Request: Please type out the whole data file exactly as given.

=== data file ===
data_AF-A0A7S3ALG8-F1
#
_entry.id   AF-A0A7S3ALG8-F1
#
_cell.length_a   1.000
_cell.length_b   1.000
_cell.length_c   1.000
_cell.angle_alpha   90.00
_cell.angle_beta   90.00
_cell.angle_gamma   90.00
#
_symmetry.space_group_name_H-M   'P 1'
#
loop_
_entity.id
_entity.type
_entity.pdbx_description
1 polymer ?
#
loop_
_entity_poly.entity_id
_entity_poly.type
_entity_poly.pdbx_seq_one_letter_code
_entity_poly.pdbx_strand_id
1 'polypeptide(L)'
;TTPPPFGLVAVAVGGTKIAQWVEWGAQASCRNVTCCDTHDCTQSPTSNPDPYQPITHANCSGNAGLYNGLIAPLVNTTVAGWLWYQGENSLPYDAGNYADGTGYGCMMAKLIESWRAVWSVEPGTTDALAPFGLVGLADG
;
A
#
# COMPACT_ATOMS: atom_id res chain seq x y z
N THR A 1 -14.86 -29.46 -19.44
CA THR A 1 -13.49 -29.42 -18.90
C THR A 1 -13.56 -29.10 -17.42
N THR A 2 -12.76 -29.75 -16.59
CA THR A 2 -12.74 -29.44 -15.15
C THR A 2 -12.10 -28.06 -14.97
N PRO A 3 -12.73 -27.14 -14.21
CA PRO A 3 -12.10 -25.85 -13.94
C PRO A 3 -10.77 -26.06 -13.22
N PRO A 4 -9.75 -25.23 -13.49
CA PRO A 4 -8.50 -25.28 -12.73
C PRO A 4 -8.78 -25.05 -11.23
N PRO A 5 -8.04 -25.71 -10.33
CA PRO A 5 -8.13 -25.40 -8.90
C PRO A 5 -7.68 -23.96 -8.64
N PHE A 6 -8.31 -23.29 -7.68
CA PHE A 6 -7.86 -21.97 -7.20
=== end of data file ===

data_AF-A0A7S3ALG8-F1
#
_entry.id   AF-A0A7S3ALG8-F1
#
_cell.length_a   1.000
_cell.length_b   1.000
_cell.length_c   1.000
_cell.angle_alpha   90.00
_cell.angle_beta   90.00
_cell.angle_gamma   90.00
#
_symmetry.space_group_name_H-M   'P 1'
#
loop_
_entity.id
_entity.type
_entity.pdbx_description
1 polymer ?
#
loop_
_entity_poly.entity_id
_entity_poly.type
_entity_poly.pdbx_seq_one_letter_code
_entity_poly.pdbx_strand_id
1 'polypeptide(L)'
;TTPPPFGLVAVAVGGTKIAQWVEWGAQASCRNVTCCDTHDCTQSPTSNPDPYQPITHANCSGNAGLYNGLIAPLVNTTVAGWLWYQGENSLPYDAGNYADGTGYGCMMAKLIESWRAVWSVEPGTTDALAPFGLVGLADG
;
A
#
# COMPACT_ATOMS: atom_id res chain seq x y z
N THR A 1 -14.86 -29.46 -19.44
CA THR A 1 -13.49 -29.42 -18.90
C THR A 1 -13.56 -29.10 -17.42
N THR A 2 -12.76 -29.75 -16.59
CA THR A 2 -12.74 -29.44 -15.15
C THR A 2 -12.10 -28.06 -14.97
N PRO A 3 -12.73 -27.14 -14.21
CA PRO A 3 -12.10 -25.85 -13.94
C PRO A 3 -10.77 -26.06 -13.22
N PRO A 4 -9.75 -25.23 -13.49
CA PRO A 4 -8.50 -25.28 -12.73
C PRO A 4 -8.78 -25.05 -11.23
N PRO A 5 -8.04 -25.71 -10.33
CA PRO A 5 -8.13 -25.40 -8.90
C PRO A 5 -7.68 -23.96 -8.64
N PHE A 6 -8.31 -23.29 -7.68
CA PHE A 6 -7.86 -21.97 -7.20